A Greater Sudbury man who drove on the wrong side of the road, colliding with another vehicle and then fled the scene has been fined $3,000 and lost his driver’s licence for one year.
Trevor Vaillancourt, 44, pleaded guilty in the Ontario Court of Justice to charges of dangerous driving and failing to remain at the scene of an accident. The latter charge is a Highway Traffic Act offence.
“On the 18th of November, 2018, you were very lucky someone wasn’t killed,” Justice Richard Humphrey told Vaillancourt, as he issued the two penalties that had been suggested in a joint sentencing submission by the Crown and defence lawyer Glenn Sandberg. “I’m told there was alcohol involved. There was a motor vehicle collision, a fail to remain. You left the scene and it was only through the police you were eventually detained. I think you are very lucky you are here dealing with this and the manner in which it is being resolved.”
“I quit drinking and am going to rehab for help,” Vaillancourt told Humphrey.
The court heard that about 3:30 p.m. Nov. 18, 2018, Vaillancourt was driving a 2017 Dodge Ram pickup truck northbound on Lansing Avenue on the wrong side of the road. He collided with a 2008 Kia Sportage being driven by a woman; both vehicles were extensively damaged.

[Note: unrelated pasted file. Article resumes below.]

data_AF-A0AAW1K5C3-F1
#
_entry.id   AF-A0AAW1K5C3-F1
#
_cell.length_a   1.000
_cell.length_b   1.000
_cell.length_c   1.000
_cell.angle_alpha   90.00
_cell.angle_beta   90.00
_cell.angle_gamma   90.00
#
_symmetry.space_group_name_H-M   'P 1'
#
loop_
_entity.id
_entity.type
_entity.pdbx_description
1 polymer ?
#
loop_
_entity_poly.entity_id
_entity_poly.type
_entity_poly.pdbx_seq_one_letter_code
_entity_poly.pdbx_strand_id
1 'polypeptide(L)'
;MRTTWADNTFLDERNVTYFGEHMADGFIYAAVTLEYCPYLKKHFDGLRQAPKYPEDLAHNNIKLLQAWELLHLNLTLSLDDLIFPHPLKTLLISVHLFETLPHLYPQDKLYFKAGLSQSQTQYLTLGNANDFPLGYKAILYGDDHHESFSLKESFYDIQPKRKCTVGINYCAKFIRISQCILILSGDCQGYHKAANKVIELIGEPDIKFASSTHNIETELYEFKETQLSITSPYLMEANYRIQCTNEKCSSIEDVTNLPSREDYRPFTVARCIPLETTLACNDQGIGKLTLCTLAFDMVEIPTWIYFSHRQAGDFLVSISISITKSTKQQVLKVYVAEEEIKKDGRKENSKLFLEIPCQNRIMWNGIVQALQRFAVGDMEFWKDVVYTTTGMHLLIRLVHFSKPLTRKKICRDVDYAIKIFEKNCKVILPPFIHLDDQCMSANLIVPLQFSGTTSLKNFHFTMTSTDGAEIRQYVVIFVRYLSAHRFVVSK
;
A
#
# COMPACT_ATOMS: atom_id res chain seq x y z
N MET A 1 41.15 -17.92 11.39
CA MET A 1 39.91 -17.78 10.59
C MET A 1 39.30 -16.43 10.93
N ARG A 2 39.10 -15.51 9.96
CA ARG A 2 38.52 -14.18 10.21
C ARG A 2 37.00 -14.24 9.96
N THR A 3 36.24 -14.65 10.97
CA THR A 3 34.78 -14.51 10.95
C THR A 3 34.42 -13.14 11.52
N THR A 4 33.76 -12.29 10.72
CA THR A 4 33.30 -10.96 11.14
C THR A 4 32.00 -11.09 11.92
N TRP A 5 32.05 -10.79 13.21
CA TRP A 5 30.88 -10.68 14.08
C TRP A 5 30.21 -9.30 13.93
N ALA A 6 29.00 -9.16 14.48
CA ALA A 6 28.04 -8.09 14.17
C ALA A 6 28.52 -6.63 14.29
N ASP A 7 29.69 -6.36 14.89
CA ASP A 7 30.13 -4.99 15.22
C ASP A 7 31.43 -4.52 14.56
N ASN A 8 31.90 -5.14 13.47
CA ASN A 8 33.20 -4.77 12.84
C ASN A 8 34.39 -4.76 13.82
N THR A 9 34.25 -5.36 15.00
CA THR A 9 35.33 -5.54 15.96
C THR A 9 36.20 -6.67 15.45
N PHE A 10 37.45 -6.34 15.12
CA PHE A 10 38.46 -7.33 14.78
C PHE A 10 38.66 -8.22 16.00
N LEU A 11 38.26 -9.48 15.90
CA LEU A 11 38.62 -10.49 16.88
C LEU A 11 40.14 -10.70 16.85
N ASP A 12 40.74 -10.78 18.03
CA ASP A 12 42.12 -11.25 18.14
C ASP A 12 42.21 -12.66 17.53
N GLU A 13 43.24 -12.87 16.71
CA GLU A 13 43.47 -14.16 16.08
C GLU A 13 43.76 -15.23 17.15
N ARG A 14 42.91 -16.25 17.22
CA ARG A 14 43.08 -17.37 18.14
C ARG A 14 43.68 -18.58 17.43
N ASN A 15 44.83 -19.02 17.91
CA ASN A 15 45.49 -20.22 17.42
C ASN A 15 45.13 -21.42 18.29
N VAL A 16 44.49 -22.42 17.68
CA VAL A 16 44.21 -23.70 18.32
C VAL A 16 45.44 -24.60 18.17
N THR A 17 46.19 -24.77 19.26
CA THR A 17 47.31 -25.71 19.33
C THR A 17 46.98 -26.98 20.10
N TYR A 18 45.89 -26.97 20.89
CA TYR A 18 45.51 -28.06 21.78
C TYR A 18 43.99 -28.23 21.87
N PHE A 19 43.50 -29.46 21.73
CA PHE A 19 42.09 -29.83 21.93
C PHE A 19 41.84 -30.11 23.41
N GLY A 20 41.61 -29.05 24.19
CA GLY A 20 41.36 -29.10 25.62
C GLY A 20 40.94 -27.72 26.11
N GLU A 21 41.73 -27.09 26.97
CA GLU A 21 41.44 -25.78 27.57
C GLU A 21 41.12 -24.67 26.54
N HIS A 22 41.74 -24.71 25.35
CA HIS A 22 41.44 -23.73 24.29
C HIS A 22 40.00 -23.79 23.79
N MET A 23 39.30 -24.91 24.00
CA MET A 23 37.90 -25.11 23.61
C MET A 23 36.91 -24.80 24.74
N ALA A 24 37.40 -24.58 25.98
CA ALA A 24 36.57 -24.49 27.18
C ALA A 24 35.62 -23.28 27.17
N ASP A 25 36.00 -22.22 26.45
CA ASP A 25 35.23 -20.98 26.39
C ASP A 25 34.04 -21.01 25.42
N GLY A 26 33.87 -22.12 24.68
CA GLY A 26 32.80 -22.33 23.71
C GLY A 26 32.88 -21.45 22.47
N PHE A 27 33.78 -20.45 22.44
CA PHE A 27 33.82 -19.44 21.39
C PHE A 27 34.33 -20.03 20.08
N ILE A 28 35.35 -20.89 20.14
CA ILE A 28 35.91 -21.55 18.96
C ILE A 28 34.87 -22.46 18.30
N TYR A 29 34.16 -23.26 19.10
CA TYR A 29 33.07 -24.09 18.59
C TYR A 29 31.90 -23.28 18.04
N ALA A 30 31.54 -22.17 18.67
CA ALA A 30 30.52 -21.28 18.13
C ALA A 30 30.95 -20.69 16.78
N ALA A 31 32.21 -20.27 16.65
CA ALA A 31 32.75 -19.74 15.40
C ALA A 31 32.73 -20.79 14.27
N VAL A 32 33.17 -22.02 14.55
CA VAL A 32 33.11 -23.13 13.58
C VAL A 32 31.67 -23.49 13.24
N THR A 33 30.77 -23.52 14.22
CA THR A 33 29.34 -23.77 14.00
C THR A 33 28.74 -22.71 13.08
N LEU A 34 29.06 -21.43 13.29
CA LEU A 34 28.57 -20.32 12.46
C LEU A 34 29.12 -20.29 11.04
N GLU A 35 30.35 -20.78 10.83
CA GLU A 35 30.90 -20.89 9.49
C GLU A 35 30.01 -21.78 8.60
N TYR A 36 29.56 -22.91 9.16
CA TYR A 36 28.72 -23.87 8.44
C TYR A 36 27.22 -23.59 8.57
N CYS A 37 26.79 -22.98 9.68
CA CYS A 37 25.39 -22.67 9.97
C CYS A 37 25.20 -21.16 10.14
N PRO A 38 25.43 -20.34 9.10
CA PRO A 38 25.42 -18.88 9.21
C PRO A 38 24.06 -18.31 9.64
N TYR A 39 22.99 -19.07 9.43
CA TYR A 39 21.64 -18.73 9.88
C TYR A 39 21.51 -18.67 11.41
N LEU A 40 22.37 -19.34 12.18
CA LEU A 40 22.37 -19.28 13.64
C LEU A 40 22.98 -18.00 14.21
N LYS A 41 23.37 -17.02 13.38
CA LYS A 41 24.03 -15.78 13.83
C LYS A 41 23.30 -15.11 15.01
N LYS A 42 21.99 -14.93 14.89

Vaillancourt continued to drive, heading about 1.5 kilometres away from the scene, and turning into the driveway of his home on Springdale Crescent.
The female driver of the Kia, meanwhile, was unable to get out of her vehicle due to the damage. She received minor injuries.
The woman and two witnesses told Greater Sudbury Police officers they had seen the pickup truck driver continue driving and where he had turned off.
Officers found the damaged truck and knocked on the front door of the home. There was no answer.
Concerned that the driver had been injured, they went around to the back door, found it unlocked, entered and discovered Vaillancourt lying on his bed. He admitted to drinking during the day.
He was also the only person in the residence at the time.
Sandberg said Vaillancourt, who works in the mining field, would have entered his guilty pleas earlier, but that was not possible due to Sandberg’s busy schedule in recent months.
Assistant Crown attorney Mathieu Ansell said the key sentencing principle in the case has to be deterrence.
“Driving in this province is a privilege and not a right,” he said.
Source: The Sudbury Star